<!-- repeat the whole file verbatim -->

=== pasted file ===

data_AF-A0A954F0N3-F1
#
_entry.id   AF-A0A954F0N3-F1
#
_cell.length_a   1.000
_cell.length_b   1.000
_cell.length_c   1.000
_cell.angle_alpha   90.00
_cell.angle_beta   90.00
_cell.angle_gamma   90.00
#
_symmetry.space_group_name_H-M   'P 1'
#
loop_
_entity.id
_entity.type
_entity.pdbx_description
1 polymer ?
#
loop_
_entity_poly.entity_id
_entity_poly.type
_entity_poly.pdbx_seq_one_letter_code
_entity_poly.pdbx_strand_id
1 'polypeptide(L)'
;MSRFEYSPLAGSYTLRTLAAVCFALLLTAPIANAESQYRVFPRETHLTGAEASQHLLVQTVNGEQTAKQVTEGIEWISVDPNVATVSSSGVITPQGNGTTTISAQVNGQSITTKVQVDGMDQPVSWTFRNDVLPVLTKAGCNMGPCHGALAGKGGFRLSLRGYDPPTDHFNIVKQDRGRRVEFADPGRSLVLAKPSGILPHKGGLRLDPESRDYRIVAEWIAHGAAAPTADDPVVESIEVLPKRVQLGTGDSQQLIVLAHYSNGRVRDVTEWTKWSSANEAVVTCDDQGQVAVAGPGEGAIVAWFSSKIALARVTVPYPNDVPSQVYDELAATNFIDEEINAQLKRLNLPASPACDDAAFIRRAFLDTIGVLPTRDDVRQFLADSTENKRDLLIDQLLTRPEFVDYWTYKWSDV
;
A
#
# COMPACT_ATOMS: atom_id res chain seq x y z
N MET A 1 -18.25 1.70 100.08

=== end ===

data_AF-A0A954F0N3-F1
#
_entry.id   AF-A0A954F0N3-F1
#
_cell.length_a   1.000
_cell.length_b   1.000
_cell.length_c   1.000
_cell.angle_alpha   90.00
_cell.angle_beta   90.00
_cell.angle_gamma   90.00
#
_symmetry.space_group_name_H-M   'P 1'
#
loop_
_entity.id
_entity.type
_entity.pdbx_description
1 polymer ?
#
loop_
_entity_poly.entity_id
_entity_poly.type
_entity_poly.pdbx_seq_one_letter_code
_entity_poly.pdbx_strand_id
1 'polypeptide(L)'
;MSRFEYSPLAGSYTLRTLAAVCFALLLTAPIANAESQYRVFPRETHLTGAEASQHLLVQTVNGEQTAKQVTEGIEWISVDPNVATVSSSGVITPQGNGTTTISAQVNGQSITTKVQVDGMDQPVSWTFRNDVLPVLTKAGCNMGPCHGALAGKGGFRLSLRGYDPPTDHFNIVKQDRGRRVEFADPGRSLVLAKPSGILPHKGGLRLDPESRDYRIVAEWIAHGAAAPTADDPVVESIEVLPKRVQLGTGDSQQLIVLAHYSNGRVRDVTEWTKWSSANEAVVTCDDQGQVAVAGPGEGAIVAWFSSKIALARVTVPYPNDVPSQVYDELAATNFIDEEINAQLKRLNLPASPACDDAAFIRRAFLDTIGVLPTRDDVRQFLADSTENKRDLLIDQLLTRPEFVDYWTYKWSDV
;
A
#
# COMPACT_ATOMS: atom_id res chain seq x y z
N MET A 1 -18.25 1.70 100.08